If you were about during the 1980s and 1990s, you will most likely remember the introduction of home gaming.
Whether you had fun playing Space Invaders on a PlayStation 1, wound up with Tetris on a Gameboy, or were just attempting to ignore the beeping noises coming from the room next door, gaming was everywhere.
As soon as computers made it into our living rooms, both children and adults alike were equally hooked. Despite fans having their favourites – the thrill of Street Fighter, the levels of Super Mario or the entertainment of Pac-man, all individuals helped to build a huge community, which many have revisited this present day.
The gaming market has continued to rise year-on-year and was worth nearly a staggering £4.2bn in consumer spend in 2015. Although, it’s not only the new games and consoles that people are interested in. In spite of huge developments in the technology for video-games, passionate players are looking back in time to find their fix, with the likes of gaming giant’s, Nintendo and Sony, recently releasing retro mini-gaming consoles.
But why has retro gaming become so popular? Carry on reading to take a look at some of the factors influencing the retro craze.
The Feeling of Nostalgia:
In a world dominated by innovation and technology, we tend to find ourselves looking back at the past. So much so, that people are blowing off the dust to play their old favourites. As humans, we have a desire to look back on earlier ‘carefree’ times – soaking in the light of nostalgia. Now early gamers in the ’80s and ’90s want to be able to unwind and look back on what they loved as kids. Gaming journalist, Brendan Sinclair told CBC news:
“Games used to be aimed entirely at kids and those kids grew up.”
Alongside recreating childhood sessions of being slouched in front of a TV playing the classics, a major factor is the simplicity of earlier gaming consoles. Thanks to basic control pads and easy-to-understand systems, anyone could have a go at playing the games.
The joy that comes with playing earlier systems, is maintained in a way that is easily shareable with other players, whether that be friends or family.
A Modern Twist:
As the number of people climbing into their attics to dig out their old gaming consoles is increasing, naturally, this hasn’t been overlooked by the manufacturers.
In 2016, the gaming giant Nintendo endeavoured to capitalize on the nostalgic element by releasing a Nintendo Classic Mini NES. The console sold out immediately upon its release and the company were not prepared for the high demand that came with it. At the time, the imminent sell out overtook most modern gamic consoles like the PlayStation 4 and Nintendo Switch.
However, fans were saddened when the huge demand left supply outstripped and the console was discontinued for the following months, which led to resellers charging hundreds of pounds for the consoles. This meant Nintendo re-released the product again last June, promising that they would ramp-up production and ensure supplies never ran low.
Following in Nintendo’s footsteps, last year Sony decided to bring back it’s original PlayStation console in a miniature version, named the PlayStation Classic. Subsequently nearly 25 years after it’s initial release, the console proved a hit with fans of the mini-console trend and is an instant show-stealer of a collectable.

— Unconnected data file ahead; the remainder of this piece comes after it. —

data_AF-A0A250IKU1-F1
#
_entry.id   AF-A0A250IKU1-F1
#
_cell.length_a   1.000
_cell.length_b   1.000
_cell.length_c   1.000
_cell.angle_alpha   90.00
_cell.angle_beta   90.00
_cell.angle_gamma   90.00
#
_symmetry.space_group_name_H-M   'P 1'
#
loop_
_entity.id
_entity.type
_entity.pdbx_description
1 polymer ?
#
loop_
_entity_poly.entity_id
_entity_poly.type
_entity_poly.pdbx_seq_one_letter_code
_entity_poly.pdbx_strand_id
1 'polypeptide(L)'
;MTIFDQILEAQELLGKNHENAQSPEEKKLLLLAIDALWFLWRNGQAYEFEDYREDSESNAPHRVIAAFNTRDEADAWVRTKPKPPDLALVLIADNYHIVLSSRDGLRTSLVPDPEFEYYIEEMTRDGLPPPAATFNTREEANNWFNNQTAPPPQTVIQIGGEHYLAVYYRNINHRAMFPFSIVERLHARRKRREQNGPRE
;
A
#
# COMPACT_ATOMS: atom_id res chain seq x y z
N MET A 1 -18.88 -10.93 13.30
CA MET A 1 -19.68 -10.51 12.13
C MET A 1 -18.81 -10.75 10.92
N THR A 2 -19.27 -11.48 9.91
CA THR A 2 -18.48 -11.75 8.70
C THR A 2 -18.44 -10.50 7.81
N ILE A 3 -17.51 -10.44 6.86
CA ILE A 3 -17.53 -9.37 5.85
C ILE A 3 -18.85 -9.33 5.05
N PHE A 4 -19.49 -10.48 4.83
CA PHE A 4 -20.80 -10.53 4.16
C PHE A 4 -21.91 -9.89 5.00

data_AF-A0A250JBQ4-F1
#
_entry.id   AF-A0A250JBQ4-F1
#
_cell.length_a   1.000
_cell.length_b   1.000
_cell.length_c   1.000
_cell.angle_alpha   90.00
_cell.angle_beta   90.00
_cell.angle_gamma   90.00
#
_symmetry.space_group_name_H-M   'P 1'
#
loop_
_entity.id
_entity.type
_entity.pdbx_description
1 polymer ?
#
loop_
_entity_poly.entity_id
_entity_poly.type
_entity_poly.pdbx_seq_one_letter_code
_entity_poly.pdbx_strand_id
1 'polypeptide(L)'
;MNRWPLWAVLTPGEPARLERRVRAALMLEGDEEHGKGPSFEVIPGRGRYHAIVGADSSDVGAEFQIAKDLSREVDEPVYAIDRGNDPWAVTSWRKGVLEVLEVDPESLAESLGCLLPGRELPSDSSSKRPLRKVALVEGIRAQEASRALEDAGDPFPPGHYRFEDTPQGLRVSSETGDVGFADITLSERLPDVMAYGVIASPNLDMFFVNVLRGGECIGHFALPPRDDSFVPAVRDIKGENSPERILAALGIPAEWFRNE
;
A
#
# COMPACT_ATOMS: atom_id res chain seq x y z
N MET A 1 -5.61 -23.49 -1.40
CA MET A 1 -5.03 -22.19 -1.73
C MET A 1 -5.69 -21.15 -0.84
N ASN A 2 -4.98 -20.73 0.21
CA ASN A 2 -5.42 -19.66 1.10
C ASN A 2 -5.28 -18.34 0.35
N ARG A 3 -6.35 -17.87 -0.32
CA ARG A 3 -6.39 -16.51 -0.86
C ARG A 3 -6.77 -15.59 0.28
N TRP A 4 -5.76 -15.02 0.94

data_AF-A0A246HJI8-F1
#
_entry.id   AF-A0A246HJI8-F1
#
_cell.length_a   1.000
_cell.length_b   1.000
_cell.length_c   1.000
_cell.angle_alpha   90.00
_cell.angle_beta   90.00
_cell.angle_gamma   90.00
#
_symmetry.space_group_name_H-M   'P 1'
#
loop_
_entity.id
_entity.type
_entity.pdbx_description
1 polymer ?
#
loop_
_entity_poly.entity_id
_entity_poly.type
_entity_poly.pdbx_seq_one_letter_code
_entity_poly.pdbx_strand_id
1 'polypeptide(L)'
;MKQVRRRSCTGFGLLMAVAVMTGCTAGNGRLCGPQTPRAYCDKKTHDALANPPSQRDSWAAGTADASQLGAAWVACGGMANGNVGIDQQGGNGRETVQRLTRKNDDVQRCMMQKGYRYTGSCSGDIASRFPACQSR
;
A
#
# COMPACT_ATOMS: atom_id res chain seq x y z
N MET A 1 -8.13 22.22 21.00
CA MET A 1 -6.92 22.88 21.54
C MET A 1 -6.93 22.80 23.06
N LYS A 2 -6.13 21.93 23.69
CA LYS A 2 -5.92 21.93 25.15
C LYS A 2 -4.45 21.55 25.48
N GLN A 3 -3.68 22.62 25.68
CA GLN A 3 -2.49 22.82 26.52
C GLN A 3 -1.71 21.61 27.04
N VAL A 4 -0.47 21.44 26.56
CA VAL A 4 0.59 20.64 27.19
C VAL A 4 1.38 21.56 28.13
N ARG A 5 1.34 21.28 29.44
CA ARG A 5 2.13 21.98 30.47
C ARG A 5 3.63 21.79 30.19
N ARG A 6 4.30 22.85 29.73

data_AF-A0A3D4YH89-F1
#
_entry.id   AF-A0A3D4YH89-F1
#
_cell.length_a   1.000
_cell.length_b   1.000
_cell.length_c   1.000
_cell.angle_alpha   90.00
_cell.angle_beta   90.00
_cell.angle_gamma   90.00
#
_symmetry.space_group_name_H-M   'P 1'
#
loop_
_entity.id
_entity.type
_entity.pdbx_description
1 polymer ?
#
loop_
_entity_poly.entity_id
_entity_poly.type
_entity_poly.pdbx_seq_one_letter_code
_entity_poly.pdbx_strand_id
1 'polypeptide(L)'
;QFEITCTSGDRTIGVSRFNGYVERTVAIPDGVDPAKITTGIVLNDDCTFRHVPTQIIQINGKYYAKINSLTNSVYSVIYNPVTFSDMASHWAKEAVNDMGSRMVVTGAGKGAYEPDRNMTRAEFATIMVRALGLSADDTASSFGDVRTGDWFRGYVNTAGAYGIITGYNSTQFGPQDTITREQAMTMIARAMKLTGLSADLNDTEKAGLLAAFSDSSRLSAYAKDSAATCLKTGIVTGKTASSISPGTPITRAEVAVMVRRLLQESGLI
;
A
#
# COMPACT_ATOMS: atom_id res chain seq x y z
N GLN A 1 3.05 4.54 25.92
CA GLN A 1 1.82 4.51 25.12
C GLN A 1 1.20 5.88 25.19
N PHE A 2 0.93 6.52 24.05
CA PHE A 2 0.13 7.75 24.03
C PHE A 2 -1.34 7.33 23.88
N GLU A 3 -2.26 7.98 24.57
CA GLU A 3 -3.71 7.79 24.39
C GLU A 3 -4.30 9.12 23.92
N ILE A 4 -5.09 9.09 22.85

Both of the consoles come with pre-loaded ‘fan favourite’ games and original style controllers. Very similar to Nintendo’s mini-gaming model, Sony’s PlayStation Classic is approximately half the size of the original device and is actually small enough to be held in only one hand.
French arcade gaming company, Atari, also have plans to bring out a new retro console, following a staggering 40 years after it’s original Video Computer System. The console, named Atari VCS, was available to pre-order back in May 2018, with fans not receiving supply until spring of this year. CEO of Atari, Fred Chesnais, told VentureBeat that the console will be “based on PC technology”.
Fans of retro gaming have embraced the new, smaller devices very well, nevertheless, it will undoubtedly not stop them from collecting the original devices.
Gaming for Everyone:
Whatever your purpose is for playing on an old controller, you are not on your own. All around the world, there is an extensive community of retro gamers who likewise, enjoy sharing their love for this field.
If you want to put vintage gaming to the test before purchasing your own nostalgic model, you can do so by visiting a gaming arcade or cafe. Over the past few years, there has also been a revival in arcades or cafes featuring vintage devices. Although these are something more commonly found in places like the US or Japan, the UK is slowly getting in on the action.
In 2015, The National Videogame Arcade was opened in Nottingham. As a centre for all things gaming, it’s doors welcome a great number of visitors each year and runs huge exhibits and includes vintage arcade machines. After costing a whopping £2.5m to build, the centre is celebratory of the gaming industry and proves that gaming can be for everyone. Games entrepreneur, Ian Livingstone, states:
“It’s not just guys making games for guys, there’s cultural and diverse content and also diversity in creation, which is more important.”
With centres like this only opening just recently, it proves that retro gaming is an element that is only getting bigger and more significant as the years go by.
It’s not Game Over.
You may be an individual dedicated to playing Red Dead Redemption or Fortnite on your modern PlayStation, Xbox or Nintendo Switch. But in 2019, there is no questioning that Retro gaming is indeed, far from Game Over. Have you dug out your old console yet?